This morning, as I was trying to describe it to Brock Windsor (chef at the superlative Stone Soup Inn, reviewed here), Ilana intervened: "It's one of those things that's so bad it's good." Her view may represent many, but that's not at all my meaning. As far back as I can remember I took seconds of gefilte fish every Passover. I still bound into the kitchen after polishing my first plate, thrilling at the prospect of another piece of ground and boiled whitefish. I almost always contemplate thirds, even as the matza ball soup--that obsequious crowd pleaser, shameless panderer--begins to hit the table.
Gefilte fish is an easy dish to get wrong. White fish, traditionally carp or pike, is ground and mixed with onion, egg, matza meal, and a healthy portion of pepper. Wet and sticky, it is rolled into balls and then boiled for hours. It is served cold, with a heaping spoonful of horseradish, and, in my my family, a leaf of iceberg lettuce. Its a dish that makes no compromise for the squeamish. It "tastes like fish." Done right--firm but light, subtle but not bland--it is both entirely distinctive and delicious. And my Bubbie always got it right.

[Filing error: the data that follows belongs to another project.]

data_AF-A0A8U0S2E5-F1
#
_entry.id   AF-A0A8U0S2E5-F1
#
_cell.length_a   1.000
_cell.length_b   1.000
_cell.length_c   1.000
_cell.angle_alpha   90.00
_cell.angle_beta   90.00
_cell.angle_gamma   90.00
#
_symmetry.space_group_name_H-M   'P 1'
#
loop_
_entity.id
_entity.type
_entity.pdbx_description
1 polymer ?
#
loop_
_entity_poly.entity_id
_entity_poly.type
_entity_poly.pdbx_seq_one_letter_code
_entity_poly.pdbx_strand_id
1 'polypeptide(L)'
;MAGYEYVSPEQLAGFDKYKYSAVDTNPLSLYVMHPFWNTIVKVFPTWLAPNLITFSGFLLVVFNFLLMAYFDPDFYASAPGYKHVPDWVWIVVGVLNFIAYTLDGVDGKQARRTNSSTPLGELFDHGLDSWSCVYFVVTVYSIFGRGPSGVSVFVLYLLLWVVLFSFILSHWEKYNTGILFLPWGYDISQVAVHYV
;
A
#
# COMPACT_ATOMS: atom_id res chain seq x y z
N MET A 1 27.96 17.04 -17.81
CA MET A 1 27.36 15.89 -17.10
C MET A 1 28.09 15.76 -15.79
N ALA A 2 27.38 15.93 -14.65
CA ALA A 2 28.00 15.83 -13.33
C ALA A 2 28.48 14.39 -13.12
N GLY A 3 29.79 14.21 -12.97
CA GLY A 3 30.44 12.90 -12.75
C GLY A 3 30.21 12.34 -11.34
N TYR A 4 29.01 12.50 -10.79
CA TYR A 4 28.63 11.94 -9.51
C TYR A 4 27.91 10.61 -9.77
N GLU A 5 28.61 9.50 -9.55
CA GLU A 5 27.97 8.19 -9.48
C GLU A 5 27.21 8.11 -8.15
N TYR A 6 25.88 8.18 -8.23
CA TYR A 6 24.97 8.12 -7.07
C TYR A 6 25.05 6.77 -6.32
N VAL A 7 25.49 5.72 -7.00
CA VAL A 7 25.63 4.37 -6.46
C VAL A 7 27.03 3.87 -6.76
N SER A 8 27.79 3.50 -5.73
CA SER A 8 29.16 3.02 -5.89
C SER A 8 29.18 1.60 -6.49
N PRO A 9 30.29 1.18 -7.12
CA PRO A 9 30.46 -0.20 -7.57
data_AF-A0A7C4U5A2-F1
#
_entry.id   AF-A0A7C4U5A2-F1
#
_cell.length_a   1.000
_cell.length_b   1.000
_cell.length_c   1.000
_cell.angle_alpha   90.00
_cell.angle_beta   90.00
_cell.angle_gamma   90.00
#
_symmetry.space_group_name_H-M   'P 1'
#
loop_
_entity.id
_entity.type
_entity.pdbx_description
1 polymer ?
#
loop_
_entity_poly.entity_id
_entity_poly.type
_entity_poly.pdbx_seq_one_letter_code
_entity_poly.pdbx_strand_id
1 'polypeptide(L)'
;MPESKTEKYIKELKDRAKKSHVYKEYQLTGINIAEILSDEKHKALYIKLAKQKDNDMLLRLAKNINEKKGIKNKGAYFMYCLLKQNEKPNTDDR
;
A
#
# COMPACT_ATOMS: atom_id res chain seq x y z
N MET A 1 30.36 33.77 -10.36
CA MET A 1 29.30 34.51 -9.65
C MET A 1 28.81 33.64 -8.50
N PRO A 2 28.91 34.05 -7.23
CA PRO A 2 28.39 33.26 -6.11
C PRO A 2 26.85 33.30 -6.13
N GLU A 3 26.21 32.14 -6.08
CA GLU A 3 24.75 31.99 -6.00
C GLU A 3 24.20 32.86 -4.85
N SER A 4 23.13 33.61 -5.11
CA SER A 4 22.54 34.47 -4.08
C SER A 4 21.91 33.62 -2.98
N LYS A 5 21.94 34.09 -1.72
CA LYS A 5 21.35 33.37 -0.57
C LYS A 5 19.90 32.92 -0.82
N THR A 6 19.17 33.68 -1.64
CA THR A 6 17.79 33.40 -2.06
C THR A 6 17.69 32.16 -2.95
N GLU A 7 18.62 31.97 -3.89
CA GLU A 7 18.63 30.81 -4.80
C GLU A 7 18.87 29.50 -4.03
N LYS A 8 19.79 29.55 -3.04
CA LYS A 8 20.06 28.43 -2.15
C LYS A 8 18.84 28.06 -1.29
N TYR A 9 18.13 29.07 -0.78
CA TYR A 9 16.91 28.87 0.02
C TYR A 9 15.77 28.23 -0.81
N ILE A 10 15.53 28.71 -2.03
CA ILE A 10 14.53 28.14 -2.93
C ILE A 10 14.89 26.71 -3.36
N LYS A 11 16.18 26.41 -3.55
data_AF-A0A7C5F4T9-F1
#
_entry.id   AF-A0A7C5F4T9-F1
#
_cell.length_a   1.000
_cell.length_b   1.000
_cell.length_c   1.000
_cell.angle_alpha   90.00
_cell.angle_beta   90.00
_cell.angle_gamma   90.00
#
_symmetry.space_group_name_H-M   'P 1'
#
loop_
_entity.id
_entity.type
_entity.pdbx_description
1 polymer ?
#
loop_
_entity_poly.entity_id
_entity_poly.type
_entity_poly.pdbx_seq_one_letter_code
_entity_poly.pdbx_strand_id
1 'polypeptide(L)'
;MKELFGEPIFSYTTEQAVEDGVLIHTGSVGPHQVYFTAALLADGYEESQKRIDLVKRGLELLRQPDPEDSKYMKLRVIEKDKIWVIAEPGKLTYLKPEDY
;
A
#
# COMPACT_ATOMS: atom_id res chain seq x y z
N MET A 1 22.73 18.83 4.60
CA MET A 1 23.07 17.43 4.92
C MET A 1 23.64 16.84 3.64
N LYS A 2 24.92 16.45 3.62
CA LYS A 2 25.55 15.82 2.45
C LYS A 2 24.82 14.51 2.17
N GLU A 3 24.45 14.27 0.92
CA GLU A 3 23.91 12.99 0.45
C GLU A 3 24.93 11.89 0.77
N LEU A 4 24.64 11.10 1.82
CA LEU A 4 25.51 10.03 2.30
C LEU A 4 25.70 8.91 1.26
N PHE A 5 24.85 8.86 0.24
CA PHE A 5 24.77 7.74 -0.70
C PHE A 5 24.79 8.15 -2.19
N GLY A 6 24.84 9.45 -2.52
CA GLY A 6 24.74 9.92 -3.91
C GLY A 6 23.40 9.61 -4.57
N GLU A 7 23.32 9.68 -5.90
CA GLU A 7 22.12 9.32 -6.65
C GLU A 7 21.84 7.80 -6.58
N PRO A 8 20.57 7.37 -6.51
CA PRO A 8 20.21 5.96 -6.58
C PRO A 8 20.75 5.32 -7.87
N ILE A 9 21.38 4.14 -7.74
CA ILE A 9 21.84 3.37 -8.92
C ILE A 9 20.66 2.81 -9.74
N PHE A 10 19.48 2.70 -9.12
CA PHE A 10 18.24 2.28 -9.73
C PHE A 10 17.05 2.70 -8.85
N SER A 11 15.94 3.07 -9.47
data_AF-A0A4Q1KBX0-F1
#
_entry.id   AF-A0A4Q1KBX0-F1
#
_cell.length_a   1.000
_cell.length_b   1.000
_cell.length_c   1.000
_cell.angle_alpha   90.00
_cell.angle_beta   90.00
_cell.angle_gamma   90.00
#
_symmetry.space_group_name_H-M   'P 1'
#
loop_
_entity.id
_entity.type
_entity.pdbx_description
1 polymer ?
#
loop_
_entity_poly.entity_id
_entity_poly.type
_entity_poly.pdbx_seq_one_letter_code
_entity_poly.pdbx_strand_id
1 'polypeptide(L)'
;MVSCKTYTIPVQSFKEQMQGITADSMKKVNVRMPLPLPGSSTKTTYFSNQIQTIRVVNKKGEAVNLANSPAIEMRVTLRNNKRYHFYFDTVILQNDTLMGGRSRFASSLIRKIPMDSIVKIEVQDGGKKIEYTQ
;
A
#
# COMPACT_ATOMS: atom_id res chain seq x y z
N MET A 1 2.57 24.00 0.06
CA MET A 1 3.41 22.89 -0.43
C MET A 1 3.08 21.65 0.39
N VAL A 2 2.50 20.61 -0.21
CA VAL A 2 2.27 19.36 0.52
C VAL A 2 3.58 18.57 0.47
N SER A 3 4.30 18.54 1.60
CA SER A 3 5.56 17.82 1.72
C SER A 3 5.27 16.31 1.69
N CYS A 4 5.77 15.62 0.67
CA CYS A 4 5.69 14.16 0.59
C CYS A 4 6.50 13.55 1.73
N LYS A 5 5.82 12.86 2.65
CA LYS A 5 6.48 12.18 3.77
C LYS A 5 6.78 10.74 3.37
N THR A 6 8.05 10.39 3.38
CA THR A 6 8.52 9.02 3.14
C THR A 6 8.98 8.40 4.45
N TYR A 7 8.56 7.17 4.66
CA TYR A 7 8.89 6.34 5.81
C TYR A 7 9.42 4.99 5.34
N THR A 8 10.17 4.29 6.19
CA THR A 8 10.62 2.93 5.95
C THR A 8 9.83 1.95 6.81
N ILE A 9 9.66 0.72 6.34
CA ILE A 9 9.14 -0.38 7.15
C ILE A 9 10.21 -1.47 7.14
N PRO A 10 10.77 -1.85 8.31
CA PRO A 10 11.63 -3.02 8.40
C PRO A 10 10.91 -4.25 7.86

My Bubbie communicated a quiet authority over her small and immaculate house in Forest Hill, an early suburb of Toronto. I can't recall that she ever had to spell-out rules for her grandchildren or descend to the level of discipline. Instead, she carried herself with a poise that seemed to demand reasonable comportment, particular decorum. A short woman, she walked very upright, almost stiffly, and she spoke softly. She and her house--with lamps poised on three-legged wooden tables, hardcovers held in place by bookends with tiny sword letter openers, glass bowls with sugarless candy--set silent boundaries on any rambunctiousness.
And she cooked a great family meal. She made the hearty unpretentious food of mid-century mothers and wives. A brocoli casserole, creamy and topped with a breadcrumb crust. Baked meatballs in a sweet and savoury red sauce. Hearty cuts of beef, cooked long, slow, and wet. But I think she took particular pride in her Jewish cooking, and perhaps especially in her gefilte fish. I don't recall her ever saying so, but I think she noticed that I always took seconds. She smiled satisfaction at having gotten it just right for another festive meal.
I'm the last one up in my house tonight, waiting out those long hours of boiling. For the first time, I'm trying to cook my Bubbie's gefilte fish. I feel far from home tonight, here on the West Coast, thousands of miles from my Bubbie's house, which is now, having been sold to an orthodox family after her death, likely filled too with aromas of boiling fish. I've had to make substitutions. No one in town has even heard of whitefish. There's no carp for sale. And I'm a novice, working alone. But I have my Bubbie's recipe, words of encouragement from my mother, and I'm sure hoping that I get it just right.